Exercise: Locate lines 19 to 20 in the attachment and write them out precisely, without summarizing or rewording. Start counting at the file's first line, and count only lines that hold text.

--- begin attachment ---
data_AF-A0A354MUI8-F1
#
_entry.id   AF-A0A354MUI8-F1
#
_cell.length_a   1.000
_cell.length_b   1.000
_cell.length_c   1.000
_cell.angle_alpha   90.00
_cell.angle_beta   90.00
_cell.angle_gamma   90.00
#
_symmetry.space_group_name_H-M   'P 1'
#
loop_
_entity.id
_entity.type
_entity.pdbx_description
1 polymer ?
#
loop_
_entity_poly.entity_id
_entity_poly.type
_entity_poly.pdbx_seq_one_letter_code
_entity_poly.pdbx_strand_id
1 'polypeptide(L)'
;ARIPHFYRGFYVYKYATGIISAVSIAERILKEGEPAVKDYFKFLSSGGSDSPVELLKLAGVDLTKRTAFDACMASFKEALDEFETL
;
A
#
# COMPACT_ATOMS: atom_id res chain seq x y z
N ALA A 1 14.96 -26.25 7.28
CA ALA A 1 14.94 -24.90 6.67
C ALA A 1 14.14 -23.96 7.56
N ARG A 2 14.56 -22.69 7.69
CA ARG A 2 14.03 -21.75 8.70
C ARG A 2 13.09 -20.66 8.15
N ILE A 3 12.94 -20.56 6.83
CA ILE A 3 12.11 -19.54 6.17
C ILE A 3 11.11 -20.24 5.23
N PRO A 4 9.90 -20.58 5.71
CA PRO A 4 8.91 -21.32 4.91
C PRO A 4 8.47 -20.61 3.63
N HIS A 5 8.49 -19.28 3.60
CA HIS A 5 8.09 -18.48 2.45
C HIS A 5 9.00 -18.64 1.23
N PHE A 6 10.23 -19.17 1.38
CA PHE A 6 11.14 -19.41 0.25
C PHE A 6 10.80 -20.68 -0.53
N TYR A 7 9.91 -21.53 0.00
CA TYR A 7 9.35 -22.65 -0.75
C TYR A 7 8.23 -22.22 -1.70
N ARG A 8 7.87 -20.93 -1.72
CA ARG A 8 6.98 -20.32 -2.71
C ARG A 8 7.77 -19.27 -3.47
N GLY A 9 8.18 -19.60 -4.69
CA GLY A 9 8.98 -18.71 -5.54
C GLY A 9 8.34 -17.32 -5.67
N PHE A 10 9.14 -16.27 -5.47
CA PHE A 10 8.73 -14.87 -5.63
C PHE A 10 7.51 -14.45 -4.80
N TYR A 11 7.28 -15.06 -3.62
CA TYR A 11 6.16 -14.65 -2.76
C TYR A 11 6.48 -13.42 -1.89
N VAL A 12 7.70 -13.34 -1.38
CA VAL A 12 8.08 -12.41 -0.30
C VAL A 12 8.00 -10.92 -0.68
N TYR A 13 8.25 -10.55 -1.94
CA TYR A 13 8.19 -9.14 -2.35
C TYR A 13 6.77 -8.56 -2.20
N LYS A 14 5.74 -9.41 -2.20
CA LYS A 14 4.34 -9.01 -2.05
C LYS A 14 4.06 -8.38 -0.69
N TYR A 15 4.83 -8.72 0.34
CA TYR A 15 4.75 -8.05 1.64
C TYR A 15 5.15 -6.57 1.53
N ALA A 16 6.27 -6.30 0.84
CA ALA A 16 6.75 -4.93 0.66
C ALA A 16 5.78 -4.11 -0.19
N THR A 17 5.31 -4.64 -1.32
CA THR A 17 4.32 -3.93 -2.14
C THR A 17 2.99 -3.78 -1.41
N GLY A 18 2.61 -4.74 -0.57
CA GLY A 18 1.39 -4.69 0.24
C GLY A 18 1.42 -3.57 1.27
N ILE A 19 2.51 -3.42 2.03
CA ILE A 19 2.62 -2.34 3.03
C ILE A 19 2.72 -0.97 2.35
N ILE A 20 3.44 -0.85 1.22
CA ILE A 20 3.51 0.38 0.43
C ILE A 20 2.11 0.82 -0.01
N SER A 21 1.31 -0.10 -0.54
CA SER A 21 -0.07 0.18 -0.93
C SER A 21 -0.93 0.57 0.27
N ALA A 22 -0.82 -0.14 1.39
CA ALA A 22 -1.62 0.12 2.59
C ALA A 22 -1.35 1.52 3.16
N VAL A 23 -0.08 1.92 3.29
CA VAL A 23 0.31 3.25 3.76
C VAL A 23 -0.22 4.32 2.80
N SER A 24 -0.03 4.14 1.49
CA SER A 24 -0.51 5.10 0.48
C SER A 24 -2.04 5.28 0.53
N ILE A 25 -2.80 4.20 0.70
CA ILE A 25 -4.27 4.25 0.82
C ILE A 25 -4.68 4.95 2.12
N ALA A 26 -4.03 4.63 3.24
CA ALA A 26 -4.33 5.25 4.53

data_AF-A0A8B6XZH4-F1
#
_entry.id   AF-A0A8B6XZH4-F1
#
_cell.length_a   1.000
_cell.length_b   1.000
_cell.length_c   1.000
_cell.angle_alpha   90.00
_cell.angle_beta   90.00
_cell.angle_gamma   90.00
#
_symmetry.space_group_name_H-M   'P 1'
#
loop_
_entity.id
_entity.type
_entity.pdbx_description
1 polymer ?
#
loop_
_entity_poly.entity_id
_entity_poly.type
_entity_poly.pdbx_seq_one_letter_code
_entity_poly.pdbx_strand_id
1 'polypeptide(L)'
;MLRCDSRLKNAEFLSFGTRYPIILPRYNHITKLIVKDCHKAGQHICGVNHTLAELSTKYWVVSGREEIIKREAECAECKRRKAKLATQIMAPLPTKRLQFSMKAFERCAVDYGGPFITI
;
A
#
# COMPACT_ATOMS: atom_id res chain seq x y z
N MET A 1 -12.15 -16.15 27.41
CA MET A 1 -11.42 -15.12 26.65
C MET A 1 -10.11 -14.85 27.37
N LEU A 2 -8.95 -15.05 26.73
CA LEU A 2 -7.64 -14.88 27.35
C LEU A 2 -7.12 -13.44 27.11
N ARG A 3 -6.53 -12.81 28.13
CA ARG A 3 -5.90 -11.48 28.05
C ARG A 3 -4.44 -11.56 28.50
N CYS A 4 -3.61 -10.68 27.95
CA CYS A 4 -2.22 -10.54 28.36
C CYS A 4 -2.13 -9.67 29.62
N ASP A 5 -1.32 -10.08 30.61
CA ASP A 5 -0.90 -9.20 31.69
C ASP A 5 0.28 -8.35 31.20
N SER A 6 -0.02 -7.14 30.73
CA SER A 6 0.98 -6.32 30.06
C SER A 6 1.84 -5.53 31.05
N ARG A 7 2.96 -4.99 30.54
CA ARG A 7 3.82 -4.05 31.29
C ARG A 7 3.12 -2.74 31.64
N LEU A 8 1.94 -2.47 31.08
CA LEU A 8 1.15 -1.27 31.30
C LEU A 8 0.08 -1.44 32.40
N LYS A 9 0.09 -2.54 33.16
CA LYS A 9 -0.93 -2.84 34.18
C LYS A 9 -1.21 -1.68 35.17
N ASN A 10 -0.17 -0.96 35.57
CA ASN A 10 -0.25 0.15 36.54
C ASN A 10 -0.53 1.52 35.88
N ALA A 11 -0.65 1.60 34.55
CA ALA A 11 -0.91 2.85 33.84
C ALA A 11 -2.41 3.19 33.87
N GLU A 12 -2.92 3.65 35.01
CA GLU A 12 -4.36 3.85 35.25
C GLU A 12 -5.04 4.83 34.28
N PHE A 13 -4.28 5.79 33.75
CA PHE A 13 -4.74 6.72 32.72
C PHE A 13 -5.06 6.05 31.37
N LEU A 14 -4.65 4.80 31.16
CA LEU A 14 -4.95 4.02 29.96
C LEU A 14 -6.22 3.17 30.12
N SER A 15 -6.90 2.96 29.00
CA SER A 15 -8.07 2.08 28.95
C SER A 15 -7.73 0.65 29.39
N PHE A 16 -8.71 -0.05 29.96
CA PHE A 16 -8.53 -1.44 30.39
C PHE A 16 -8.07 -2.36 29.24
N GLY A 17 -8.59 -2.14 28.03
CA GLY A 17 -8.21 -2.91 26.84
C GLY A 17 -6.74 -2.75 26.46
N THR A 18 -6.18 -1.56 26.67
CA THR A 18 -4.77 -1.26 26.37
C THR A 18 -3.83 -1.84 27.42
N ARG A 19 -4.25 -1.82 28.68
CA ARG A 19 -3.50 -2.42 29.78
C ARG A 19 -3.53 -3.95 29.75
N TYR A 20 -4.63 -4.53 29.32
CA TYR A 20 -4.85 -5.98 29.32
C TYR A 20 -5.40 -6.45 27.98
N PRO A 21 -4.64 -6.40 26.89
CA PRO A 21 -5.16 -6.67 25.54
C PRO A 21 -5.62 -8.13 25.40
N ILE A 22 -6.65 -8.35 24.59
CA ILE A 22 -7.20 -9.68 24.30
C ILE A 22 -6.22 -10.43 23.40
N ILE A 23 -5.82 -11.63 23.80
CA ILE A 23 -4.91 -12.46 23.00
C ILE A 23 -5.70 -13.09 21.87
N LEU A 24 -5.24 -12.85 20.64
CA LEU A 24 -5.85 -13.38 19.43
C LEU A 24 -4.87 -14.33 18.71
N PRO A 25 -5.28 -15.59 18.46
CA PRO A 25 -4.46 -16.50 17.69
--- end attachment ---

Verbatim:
#
loop_